An interesting thing begins to occur as I lay in bed for two weeks. I'm feeling very contracted, like the walls around me are closing in and I'm lying in a compactor. My body stiffens, the muscles and tendons tighten, and my brain gets foggy and slow. I think I'm repeating myself a lot. Of course that also could be attributed to the pain meds.
Over the past two weeks as I heal from a fractured ankle, I've spent a lot of time sitting, thinking, and rambling on to any friend that dares to stop by to keep me company. But mostly thinking. I've thought about our nations aging population and how challenging it is or will be for some, when the body begins to slow down and becomes less mobile.
I'm reminded of my grandmother, who spent her final years in a care facility in Northern Arizona. On my last visit to see her she was unable to walk or talk. But her tear filled hazel eyes looked deeply into mine as if she were searching and at the same time trying to speak to me. I talked to her, held her hand, combed her hair and tried not to cry.
In her younger years she was a spit-fire of a woman. Short-fused but loved her family deeply. She was always moving, either cleaning the house, cooking or walking to "downtown". She never learned to drive a car so she walked everywhere. She was a bit fanatical about brushing her teeth too, something she passed on to me. She never wanted false teeth, so floss and brush everyday she did. She kept her teeth, but now before me she was losing the rest of her body.
I come from a fairly physical family. We all enjoyed sports as we were growing up. I loved swimming, tennis, played some football and soccer. In my 20’s I began practicing yoga regularly. And began teaching yoga in my mid 20's. One of the things I loved the most about practicing yoga was how open it made me feel. The open feeling began with my body and over the years it began to open my mind.
I've often remembered my yoga practice during those times when "practicing" was impossible. Like the time I was riding in a packed, nearly broken down bus traveling down a dirt road in Nepal. I remember wondering if this tin can of a bus would make it even a few miles. It made the 130 mile trip (in 4 ½ hours). As the trip began, I felt rather nervous. The interior of the bus was constructed of metal pieces with sharp jagged edges everywhere, jagged like lids that were removed from a can of beans. The pieces of tin were soldered together to make frames for the seats. I tried not to scrape myself on any of the edges. As I knew I was in for a long ride, I remembered my practice. I began to take slow deep breaths, I softened my body and mind and observed the people and animals around me. I took in the smell of dust and smoke from the burning fields coming in through the open windows. I didn't judge the smells, just noticed them. I began to feel unattached from my body and any discomforts my mind wanted to focus on. Instead I became acutely aware of my surroundings, the sounds of music and people speaking in foreign languages. I began to feel lighter, more spacious and open, less protected and contracted. I was in yoga! I felt more connected with my surrounding, not disconnected. Oftentimes when things become uncomfortable many of us do our best to disconnect from what we perceive as being the discomfort. But in truth becoming more aware and less attached is the key to lessening our discomfort.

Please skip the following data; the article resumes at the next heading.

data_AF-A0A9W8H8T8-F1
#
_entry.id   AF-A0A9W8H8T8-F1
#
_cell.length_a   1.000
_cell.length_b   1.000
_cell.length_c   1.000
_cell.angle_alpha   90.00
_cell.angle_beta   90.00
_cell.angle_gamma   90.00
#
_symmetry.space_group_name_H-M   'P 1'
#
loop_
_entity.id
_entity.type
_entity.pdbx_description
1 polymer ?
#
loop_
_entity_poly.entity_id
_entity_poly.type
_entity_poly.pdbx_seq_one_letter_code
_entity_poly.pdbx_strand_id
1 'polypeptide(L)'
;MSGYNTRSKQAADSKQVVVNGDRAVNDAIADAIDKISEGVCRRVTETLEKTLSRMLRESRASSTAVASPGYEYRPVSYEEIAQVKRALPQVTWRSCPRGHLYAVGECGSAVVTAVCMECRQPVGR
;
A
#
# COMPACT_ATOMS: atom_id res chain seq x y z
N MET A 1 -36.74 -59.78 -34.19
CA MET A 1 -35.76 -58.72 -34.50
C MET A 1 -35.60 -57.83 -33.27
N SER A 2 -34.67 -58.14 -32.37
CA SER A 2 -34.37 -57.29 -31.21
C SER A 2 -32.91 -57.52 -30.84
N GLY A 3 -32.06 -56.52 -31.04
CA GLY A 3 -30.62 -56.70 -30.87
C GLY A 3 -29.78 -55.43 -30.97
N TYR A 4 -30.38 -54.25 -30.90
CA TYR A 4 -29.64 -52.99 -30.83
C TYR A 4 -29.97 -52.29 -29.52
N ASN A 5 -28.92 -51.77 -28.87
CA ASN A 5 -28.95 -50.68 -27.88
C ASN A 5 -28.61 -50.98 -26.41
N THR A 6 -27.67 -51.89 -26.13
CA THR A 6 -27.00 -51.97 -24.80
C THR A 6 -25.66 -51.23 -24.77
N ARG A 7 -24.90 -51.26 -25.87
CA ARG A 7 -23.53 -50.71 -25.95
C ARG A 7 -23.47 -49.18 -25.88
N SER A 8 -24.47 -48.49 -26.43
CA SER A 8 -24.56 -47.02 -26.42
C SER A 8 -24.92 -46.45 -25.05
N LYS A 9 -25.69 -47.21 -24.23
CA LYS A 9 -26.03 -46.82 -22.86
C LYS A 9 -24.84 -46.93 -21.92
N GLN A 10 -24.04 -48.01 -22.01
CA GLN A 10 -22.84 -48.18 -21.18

Often we believe that yoga is something that we go somewhere to "do". But in fact yoga is something that is always with us at any given moment. There is no doubt that practicing yoga poses can give us an immediate feeling of openness in our bodies. However, even in the moments when the poses are impossible, yoga is still available to us.
Today, I worked my way down onto the floor. I began to practice some poses that worked well for my broken ankle. I twisted my spine and bended forward to stretch my legs and I managed a back bend and tri-pod down dog. I was able to get upside down with plow pose and shoulder stand. It felt so incredibly good to relax my tight muscles and breathe. I began to feel the space around me and inside my muscles and bones once again. My breath was able to move to all the open spaces and relax me deeply. I repeated out loud over and over, "I love yoga!"
Today I reflect on what I might do when I am no longer able to practice the poses. I'm reminded of that bus ride in Nepal. I'll breath and soften my body. I'll notice everything around me with acuteness... the colors, the sounds, the smells. I'll soften my mind. And through the softness will come the space. Space in my body and space in my mind.
As we kick off 2016, weather we are mobile or grief-stricken, healthy or suffering, may each of us begin to open to the experience of space. Remembering that when we exhale and soften, loosening that which we're holding on to so desperately, only then will we be fully alive, connected and at peace.